Just to make life doubly interesting, as the girls cooked on camping stoves on tables around the room, the centre of the church hall was covered in an array of buckets and bowls, catching water in ever increasing amounts from the leak in the roof. We the leaders were unsure whether to worry more about the trip/skid hazard or be thankful for the plentiful supply of water should there be an "incident". As it was, only two incidents - one Guider who will remain nameless for fear of merciless teasing by those who read this blog and who work with her managed to cut her finger on a splinter - and one Guide managed to succumb to the stomach bug she'd been fighting all day but hiding because she didn't want to miss the evening. I do hope she explained to the other Guides; I'd hate them all to catch it and to blame the cooking for it. So if there are any angry parents about; we did personally ensure every single sausage was fully cooked, we watched them all wash their hands, and we didn't know about the bug until too late. Sorry.

And then a quick look at the time, and a flurried tidy, and then an un-tidy to rescue the stoves and clean them before packing them away once more, and a scramble across the increasingly wet floor whilst our most scientific of Guiders pondered the most effective placement of buckets and bowls to last until morning.

And then Taps, and Dismiss, and swim through the carpark, and home. One small child locked in a spasm, no resolved, and now one peaceful household gently scented with sugar and spices and love.

Night all

*only two of which were accompanied with "shall I call social services on this clearly deranged mother who is snapping at this utterly delightful and tragically disabled child?" glares.


Tina said...

\Sounds like you turned a miserable day into the most exciting fun packed adventure for both your girls and a pack of Guides!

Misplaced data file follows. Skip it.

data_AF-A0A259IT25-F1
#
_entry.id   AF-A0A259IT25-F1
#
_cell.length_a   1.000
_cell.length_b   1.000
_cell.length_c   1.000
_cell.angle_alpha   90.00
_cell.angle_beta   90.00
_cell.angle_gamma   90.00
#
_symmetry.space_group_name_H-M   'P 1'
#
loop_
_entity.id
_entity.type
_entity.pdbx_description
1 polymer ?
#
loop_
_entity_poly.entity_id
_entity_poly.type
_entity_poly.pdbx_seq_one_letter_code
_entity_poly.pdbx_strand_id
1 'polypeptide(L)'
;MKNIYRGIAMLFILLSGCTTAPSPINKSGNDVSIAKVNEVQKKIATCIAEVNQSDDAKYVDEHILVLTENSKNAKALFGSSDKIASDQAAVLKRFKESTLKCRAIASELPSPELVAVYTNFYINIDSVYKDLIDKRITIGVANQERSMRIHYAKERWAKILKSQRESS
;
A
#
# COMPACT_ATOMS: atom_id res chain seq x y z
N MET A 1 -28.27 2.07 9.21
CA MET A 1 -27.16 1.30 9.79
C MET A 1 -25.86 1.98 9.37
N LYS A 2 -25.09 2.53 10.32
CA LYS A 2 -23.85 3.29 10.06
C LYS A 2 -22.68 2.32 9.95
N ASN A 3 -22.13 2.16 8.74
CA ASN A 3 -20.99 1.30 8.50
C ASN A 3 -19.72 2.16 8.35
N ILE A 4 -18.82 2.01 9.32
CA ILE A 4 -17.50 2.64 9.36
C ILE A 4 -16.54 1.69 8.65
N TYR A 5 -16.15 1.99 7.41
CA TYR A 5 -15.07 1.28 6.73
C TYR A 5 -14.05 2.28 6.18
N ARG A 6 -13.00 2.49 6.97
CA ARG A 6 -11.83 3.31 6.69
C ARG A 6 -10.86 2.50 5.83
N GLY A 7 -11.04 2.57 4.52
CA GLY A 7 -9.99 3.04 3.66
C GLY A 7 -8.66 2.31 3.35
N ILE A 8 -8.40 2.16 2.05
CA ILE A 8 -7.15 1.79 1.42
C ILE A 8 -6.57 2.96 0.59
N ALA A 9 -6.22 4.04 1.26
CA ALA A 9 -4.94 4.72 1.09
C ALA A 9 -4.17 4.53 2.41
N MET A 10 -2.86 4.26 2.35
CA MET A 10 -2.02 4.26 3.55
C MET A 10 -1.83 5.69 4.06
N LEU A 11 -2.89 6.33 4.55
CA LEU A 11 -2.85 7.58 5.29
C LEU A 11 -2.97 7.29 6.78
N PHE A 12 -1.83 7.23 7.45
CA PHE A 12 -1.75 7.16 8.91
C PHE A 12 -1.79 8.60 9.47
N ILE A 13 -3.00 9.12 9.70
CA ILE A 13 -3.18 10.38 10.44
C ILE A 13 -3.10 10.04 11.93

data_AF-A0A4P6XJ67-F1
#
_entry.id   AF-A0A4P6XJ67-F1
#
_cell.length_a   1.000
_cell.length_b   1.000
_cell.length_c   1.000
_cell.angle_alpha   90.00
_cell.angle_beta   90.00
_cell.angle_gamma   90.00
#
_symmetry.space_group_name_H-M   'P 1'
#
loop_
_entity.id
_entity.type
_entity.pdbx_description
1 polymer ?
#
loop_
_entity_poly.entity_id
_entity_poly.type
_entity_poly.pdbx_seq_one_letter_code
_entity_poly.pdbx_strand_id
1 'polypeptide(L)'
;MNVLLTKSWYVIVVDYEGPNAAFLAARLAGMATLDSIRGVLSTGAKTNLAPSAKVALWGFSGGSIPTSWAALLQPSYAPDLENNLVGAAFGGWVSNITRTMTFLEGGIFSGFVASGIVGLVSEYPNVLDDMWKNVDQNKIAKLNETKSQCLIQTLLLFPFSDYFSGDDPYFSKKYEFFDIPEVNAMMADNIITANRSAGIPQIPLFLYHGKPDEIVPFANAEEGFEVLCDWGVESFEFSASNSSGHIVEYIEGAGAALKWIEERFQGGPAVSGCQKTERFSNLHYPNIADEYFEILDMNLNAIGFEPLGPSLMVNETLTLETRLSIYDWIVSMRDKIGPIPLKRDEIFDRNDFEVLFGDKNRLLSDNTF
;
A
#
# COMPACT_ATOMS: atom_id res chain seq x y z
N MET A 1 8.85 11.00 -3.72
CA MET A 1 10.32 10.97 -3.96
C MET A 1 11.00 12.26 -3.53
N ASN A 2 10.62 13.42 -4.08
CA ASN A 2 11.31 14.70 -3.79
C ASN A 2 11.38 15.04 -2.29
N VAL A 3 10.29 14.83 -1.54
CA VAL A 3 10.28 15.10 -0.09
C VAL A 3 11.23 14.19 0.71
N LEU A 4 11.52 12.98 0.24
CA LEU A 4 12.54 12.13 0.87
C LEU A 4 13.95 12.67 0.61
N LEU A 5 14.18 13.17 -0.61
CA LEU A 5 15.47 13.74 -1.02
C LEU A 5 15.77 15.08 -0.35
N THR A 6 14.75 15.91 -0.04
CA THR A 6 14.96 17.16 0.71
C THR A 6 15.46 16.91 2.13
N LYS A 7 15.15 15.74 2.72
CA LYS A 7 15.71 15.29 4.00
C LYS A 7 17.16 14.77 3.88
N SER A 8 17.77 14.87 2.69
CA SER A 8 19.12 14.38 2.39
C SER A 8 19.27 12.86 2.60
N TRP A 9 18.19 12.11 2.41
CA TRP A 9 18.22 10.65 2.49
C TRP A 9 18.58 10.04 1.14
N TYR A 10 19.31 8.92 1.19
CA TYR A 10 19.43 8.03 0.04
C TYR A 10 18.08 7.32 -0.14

Surely they couldn't think you were snapping at that delightful child????

MOM2_4 said...

You, snap at such a delightfully helpful sweet child ~ never!!

Sounds like you made the best of a wet day! AND everything looks beyond yummy - GOOD job!!


Robyn said...

mmm i can smell it from here!

Anonymous said...

Tia, your letter to a nurse - can I print it out to show the Disabled Children's group at the hospital as an example of the sort of thing parents with disabled children feel and have to put up with?

Tia said...

Yes absolutely, please do. If by any chance your hospital is the John Radcliffe/Children's hospital Oxford could you email me at tiabee AT btconnect DOT com first?


Anonymous said...

its Bristol Children's. I'm now on the Disabled Children's working group with the aim to educate the staff, purchase equipment like hoists disabled chidlren need etc etc
Out of 18 members 2 of us are disabled (me and another lady) and 2 have disabled children (me and a man)
But the non-disabled members found it hard to believe some of the stuff we have to put up with when our disabled child goes into hospital. Your letter was pretty good I though.

Tia said...

I hope it's helpful - the working group sounds good. Shame there are only 2 people with disabled children on the group though - that sounds pretty typical. Now if you could get a decent bathroom with a hoist and bench in we might consider moving!

Anonymous said...

dunnit it already :-) And a bath support for a quadraplegic child. if the nurses can ever find it....
And in the new shopping centre there's a proper changing room with hoist and changing table!